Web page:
Mural society to unveil plaque about Japanese Internment Camps

Plaque tells the story and history of Joe Komori and his family

Joe Komori

The 100 Mile House Mural Society (100MHMS) will be unveiling a new plaque about the history of Japanese Internment Camps in the Cariboo at the 100 Mile Community Hall on Aug. 11 at 4:30 p.m.

The plaque follows the history of Joe Komori and his family from when they were first evicted from their homes in 1941 to rise of the Komori Lumber business.

We felt it was still extremely important to recognize and honour the families of those interned at the Taylor Lake camp,” says Mural Society president Ruth Peterson.

This plaque, which is funded by the Hun City Hunnies, goes into great detail about Komori and his family’s experiences while living in the Internment Camp at Taylor Lake, southwest of Lone Butte.

The Mural Society originally considered a mural of the Taylor Lake Internment Camp, but circumstances did not allow that, so a plaque was created instead.

There are several comments from Komori about his childhood observation of what was happening to his family, calling it an adventure.

The plaque also goes into detail about Komori trying to understand the precautionary measures his people were living in despite the fact that no crimes were being committed.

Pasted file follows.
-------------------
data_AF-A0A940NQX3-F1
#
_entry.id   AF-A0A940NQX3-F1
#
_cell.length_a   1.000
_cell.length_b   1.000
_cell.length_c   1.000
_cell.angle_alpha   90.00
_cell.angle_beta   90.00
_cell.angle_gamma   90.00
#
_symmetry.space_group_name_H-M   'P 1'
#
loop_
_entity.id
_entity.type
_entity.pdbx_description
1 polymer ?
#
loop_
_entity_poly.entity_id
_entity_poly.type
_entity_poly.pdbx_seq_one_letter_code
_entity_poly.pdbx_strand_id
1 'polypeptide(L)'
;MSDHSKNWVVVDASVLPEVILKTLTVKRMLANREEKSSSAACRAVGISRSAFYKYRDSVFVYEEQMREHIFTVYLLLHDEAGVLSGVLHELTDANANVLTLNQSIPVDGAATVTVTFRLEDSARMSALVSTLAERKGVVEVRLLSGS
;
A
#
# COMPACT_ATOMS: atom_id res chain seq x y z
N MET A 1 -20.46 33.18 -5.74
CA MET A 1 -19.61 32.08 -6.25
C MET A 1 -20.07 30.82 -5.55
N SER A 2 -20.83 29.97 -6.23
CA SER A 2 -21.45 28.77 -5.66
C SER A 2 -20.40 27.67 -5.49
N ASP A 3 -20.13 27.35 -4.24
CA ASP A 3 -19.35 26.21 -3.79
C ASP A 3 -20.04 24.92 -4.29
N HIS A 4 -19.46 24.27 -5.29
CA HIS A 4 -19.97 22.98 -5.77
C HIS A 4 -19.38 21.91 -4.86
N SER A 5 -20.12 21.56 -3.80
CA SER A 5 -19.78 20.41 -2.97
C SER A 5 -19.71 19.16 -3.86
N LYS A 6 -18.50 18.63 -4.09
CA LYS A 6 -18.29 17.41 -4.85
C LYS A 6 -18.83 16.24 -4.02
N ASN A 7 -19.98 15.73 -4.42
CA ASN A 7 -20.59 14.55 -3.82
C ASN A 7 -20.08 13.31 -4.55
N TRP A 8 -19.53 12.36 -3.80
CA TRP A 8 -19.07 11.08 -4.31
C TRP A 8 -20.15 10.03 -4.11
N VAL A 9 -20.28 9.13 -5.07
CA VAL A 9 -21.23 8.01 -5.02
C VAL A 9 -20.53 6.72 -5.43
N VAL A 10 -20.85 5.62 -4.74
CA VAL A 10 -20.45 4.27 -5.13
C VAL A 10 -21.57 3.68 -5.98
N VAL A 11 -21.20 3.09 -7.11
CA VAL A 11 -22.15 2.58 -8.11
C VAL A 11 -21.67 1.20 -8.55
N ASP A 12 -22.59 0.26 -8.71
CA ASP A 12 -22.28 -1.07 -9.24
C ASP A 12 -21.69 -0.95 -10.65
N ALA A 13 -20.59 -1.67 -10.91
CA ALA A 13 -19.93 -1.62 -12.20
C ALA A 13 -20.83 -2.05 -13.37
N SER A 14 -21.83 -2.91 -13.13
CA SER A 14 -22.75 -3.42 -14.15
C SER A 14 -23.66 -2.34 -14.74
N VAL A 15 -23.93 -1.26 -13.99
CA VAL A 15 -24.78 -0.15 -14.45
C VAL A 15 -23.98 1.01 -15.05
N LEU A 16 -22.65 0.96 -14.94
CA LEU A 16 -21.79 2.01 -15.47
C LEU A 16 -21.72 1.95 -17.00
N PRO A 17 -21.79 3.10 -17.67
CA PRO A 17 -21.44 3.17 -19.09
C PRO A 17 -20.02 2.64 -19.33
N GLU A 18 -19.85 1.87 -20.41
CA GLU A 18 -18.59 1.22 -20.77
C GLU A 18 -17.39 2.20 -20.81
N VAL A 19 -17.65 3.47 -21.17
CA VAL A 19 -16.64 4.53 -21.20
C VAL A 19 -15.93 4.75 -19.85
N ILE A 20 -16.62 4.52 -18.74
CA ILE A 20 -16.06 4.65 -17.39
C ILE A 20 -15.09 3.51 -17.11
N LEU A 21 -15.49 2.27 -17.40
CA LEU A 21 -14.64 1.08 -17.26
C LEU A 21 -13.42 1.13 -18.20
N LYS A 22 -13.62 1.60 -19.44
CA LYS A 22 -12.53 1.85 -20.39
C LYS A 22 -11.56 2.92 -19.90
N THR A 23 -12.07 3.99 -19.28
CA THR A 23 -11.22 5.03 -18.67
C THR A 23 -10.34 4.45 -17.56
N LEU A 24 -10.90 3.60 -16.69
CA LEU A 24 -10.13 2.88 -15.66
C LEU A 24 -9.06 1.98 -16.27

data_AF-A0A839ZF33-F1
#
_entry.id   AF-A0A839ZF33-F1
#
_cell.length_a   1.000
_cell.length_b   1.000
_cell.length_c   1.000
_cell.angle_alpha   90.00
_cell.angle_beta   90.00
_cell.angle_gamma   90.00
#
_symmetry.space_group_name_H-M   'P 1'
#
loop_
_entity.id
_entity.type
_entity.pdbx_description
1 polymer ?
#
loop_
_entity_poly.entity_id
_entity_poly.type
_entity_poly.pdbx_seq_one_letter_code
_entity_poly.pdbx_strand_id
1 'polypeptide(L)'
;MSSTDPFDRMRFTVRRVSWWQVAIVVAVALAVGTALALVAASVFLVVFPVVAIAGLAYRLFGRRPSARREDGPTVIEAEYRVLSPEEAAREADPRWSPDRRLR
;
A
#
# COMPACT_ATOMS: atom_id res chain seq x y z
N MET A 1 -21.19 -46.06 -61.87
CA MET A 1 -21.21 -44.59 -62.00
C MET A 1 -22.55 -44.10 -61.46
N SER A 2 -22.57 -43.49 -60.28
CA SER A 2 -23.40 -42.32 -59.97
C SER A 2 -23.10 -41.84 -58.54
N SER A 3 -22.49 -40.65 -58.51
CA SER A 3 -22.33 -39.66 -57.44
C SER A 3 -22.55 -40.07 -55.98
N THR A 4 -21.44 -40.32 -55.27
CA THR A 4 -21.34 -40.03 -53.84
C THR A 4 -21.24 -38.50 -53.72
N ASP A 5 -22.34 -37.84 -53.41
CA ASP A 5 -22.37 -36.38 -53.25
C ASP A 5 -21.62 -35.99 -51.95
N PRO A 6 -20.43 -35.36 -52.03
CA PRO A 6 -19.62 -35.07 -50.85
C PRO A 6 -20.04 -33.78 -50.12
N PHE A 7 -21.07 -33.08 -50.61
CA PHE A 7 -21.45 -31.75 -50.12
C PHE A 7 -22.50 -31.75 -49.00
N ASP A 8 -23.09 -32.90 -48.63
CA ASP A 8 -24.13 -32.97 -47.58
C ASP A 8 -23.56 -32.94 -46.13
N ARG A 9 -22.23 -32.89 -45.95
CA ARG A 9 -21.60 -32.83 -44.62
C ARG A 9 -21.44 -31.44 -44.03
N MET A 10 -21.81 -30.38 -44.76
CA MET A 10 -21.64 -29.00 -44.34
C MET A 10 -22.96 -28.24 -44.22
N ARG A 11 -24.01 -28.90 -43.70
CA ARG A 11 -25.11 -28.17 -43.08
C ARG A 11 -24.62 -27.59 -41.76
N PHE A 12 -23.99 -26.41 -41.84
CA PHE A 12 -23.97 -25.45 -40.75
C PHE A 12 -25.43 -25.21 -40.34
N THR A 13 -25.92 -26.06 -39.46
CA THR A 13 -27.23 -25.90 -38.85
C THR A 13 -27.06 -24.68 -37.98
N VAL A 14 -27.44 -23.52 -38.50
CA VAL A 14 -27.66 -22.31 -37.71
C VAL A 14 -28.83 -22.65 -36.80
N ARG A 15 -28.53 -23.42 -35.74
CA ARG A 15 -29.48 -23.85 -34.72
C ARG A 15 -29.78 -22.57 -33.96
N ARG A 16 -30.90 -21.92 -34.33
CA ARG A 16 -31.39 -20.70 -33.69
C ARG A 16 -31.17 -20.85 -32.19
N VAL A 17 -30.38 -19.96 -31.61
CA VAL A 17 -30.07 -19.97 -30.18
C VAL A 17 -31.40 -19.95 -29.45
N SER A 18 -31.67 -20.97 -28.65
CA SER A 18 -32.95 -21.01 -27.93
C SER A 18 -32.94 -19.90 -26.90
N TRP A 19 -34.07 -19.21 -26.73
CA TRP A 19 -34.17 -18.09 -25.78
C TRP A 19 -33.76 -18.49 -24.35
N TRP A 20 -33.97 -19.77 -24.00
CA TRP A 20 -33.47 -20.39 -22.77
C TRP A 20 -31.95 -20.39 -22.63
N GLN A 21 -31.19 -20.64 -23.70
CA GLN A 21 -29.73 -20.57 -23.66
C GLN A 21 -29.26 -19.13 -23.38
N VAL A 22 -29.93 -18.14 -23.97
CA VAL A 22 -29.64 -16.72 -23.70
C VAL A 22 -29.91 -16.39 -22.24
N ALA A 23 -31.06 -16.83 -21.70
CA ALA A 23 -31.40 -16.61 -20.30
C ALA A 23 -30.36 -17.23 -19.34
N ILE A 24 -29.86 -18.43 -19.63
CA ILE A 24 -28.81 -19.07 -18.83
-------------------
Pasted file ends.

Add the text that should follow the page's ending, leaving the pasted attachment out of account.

However, this plaque talks about how the Japanese community came together and became experienced members of the forest extraction industry.

It was a tough life by today’s standards, but Komori says the people didn’t complain.

We used Swede saws and double-bladed axes, and lots of muscle. Everyone was in good shape.”

The plaque also talks about the recreational activities the Japanese people would do on Sunday whether it was the softball league, which had three teams, or the skating on frozen Taylor Lake.

The plaque talks about what happened to the Komori family following the end of the Second World War and how his family cultivated an impressive logging industry in 70 Mile House with the Komori Mill.

This plaque will commemorate the hardships the Japanese people overcame in a time of unlawful eviction and discrimination.

Our members are very pleased with the outcome of this project,” says Peterson.

Keith Jackson put a tremendous effort into ensuring that the structure was professionally done. His idea to use a Japanese style roof was the perfect fit and we couldn’t be happier with the finished product.”

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